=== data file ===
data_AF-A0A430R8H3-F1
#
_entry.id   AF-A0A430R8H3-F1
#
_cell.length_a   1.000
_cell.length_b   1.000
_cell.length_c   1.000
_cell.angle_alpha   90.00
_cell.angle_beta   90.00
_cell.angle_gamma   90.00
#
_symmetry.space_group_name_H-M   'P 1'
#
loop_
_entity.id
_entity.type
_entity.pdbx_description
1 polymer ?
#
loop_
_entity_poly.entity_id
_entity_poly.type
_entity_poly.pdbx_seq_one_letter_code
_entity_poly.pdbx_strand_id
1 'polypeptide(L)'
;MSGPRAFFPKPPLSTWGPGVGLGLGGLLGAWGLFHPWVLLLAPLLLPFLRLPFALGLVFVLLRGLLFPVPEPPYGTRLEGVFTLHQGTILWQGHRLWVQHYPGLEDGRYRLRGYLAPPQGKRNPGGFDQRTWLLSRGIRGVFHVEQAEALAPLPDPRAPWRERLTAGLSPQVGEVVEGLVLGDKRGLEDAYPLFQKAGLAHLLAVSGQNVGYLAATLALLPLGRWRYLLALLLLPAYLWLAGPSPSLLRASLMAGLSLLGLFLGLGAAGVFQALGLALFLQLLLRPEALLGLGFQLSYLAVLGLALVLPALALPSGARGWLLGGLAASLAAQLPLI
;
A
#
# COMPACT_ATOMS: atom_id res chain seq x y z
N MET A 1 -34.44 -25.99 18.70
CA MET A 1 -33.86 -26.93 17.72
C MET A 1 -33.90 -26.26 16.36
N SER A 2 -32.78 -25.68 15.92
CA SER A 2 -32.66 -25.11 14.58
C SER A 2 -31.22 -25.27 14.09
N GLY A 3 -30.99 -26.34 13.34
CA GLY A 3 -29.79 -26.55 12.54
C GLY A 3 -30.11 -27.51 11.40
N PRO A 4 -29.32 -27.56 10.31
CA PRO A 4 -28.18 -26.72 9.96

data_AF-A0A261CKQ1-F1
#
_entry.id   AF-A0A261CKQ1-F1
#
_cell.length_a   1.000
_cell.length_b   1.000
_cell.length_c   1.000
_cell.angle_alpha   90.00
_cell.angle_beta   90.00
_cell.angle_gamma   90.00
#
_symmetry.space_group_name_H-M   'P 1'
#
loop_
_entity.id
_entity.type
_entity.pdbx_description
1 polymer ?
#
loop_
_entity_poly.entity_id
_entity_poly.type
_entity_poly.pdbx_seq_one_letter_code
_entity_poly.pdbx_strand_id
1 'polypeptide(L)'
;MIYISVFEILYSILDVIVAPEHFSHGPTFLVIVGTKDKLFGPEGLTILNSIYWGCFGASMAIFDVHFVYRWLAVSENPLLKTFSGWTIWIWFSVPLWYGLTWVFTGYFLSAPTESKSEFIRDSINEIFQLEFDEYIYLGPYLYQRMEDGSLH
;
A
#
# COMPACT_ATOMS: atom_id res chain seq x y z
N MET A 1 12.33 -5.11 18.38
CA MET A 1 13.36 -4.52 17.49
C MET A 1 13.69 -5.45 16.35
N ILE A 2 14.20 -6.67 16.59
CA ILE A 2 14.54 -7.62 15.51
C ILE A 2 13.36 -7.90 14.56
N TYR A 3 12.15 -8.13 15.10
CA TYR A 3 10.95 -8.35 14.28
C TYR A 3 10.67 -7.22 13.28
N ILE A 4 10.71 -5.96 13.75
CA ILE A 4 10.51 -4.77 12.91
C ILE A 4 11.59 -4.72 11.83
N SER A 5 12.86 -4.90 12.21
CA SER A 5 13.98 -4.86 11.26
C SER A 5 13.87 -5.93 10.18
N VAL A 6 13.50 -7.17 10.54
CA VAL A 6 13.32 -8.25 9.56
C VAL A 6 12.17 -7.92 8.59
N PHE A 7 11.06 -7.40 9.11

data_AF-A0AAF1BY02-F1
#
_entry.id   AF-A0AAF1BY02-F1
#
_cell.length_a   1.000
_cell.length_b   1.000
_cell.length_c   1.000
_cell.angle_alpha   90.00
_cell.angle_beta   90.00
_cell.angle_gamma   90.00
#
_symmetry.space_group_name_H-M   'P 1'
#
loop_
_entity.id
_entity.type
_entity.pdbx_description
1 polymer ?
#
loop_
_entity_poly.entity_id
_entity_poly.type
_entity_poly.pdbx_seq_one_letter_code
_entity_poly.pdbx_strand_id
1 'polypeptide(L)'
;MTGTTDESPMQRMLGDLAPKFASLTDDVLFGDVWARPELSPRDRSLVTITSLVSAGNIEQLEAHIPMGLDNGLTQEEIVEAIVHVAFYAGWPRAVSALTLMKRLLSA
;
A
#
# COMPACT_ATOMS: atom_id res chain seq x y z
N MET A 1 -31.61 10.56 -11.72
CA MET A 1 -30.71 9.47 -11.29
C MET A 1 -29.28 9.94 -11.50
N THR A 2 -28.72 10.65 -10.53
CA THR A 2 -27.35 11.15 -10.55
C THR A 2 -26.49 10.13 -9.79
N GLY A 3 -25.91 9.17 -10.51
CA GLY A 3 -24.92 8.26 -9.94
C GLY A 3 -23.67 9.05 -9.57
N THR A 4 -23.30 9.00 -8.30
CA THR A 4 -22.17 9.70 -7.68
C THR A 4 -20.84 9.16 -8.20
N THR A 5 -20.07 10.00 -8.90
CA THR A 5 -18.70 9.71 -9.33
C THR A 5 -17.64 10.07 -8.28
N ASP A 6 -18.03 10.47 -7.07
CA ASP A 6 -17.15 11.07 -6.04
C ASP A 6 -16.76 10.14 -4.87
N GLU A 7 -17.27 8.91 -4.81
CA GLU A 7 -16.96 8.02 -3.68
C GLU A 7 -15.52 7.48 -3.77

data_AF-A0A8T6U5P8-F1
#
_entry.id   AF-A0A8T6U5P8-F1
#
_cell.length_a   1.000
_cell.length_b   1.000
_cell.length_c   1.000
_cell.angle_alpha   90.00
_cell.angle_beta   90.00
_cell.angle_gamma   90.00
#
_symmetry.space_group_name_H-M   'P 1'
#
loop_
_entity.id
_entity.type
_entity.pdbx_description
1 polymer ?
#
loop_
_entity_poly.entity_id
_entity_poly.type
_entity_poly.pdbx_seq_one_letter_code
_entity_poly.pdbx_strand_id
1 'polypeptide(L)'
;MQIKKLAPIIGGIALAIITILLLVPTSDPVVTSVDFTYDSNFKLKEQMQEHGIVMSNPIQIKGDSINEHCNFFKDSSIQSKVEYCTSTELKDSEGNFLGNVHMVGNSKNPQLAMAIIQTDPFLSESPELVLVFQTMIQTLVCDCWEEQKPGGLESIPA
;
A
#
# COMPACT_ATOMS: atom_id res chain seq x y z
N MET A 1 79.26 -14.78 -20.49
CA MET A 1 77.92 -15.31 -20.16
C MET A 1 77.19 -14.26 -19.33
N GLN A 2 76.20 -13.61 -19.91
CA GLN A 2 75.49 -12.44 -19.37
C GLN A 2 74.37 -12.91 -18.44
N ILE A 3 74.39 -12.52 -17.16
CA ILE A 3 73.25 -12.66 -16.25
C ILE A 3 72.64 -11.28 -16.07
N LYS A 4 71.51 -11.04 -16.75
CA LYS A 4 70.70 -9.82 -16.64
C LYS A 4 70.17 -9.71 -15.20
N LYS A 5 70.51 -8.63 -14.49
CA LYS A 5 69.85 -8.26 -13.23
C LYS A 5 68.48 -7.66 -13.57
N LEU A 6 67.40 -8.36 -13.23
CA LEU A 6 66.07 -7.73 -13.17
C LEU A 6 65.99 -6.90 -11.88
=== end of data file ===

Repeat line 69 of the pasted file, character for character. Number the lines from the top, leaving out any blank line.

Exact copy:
A